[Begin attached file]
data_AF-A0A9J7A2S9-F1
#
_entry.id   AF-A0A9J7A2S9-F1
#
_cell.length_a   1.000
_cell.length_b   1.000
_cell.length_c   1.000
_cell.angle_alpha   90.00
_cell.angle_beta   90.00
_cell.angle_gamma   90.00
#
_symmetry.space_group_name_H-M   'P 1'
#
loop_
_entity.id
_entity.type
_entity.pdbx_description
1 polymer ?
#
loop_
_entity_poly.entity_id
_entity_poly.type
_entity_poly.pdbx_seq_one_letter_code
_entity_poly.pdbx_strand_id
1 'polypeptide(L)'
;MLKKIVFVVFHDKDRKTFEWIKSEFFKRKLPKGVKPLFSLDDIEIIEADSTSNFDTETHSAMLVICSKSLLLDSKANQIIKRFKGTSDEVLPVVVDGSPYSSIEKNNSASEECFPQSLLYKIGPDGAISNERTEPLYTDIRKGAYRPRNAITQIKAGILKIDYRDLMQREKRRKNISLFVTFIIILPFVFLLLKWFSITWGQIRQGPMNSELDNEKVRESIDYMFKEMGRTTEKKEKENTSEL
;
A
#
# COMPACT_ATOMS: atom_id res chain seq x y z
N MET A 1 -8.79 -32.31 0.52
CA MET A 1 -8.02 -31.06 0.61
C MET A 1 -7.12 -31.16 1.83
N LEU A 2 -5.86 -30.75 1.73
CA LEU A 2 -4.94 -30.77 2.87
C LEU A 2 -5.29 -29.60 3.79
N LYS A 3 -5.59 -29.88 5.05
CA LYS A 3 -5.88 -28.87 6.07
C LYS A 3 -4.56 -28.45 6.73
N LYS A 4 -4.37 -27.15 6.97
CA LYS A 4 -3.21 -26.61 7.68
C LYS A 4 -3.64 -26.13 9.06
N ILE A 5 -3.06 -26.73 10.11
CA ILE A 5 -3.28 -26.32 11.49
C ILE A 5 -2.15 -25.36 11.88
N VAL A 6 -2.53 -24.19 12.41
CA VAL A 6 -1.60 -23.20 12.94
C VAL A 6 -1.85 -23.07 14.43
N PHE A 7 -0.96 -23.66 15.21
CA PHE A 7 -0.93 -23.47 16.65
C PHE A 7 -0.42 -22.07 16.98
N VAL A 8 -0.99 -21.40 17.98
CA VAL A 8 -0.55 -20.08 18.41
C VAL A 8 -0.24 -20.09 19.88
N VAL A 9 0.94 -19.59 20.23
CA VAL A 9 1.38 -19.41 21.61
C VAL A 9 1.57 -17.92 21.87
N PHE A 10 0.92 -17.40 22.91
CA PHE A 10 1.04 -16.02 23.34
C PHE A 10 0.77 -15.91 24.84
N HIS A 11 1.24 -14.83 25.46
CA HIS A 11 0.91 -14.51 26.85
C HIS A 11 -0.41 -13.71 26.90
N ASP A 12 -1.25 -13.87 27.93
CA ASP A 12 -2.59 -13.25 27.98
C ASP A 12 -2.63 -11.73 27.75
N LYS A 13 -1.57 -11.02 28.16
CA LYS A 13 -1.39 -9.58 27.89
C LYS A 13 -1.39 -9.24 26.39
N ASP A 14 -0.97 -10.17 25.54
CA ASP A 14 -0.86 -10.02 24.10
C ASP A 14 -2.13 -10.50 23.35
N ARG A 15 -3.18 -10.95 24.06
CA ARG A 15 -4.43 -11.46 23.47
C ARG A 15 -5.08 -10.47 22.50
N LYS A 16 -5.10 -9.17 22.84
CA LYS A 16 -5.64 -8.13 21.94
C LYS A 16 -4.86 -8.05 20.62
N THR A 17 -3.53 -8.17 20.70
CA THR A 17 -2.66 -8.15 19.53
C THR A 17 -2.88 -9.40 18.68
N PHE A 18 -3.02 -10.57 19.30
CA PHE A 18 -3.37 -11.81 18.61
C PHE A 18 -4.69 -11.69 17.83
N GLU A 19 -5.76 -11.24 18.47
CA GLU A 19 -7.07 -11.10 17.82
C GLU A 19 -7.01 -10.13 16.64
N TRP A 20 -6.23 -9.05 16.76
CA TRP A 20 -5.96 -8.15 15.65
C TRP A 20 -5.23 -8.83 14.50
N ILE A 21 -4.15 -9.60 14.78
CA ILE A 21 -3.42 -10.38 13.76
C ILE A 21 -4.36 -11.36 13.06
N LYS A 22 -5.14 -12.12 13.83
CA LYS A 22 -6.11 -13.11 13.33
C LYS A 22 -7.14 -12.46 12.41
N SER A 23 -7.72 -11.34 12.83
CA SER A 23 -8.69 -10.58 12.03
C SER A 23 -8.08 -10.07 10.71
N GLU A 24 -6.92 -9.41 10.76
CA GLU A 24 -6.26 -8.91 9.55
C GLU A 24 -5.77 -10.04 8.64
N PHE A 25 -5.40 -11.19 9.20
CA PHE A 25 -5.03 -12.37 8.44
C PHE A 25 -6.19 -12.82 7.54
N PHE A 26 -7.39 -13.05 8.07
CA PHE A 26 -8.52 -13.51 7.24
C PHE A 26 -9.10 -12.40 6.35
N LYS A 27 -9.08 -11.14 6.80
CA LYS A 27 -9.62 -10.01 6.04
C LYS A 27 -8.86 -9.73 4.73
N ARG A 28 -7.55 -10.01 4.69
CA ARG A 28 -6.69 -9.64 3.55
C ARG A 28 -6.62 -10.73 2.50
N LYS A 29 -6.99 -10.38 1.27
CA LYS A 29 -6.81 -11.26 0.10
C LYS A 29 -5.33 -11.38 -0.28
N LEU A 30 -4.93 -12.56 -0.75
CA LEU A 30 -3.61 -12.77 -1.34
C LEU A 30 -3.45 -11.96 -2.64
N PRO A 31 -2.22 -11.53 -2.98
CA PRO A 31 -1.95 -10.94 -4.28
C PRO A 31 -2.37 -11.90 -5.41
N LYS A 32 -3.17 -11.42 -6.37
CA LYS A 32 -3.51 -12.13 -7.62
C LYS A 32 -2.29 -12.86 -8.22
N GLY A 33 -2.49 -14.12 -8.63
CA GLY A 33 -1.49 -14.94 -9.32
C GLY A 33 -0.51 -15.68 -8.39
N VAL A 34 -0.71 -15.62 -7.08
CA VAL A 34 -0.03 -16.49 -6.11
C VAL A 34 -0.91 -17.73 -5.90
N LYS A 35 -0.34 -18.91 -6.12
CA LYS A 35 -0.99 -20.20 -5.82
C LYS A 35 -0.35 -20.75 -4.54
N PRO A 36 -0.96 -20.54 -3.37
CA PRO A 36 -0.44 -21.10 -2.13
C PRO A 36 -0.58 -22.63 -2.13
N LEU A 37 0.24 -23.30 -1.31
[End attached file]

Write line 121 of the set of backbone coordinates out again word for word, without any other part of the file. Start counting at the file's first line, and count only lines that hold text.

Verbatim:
N PRO A 31 -2.22 -11.53 -2.98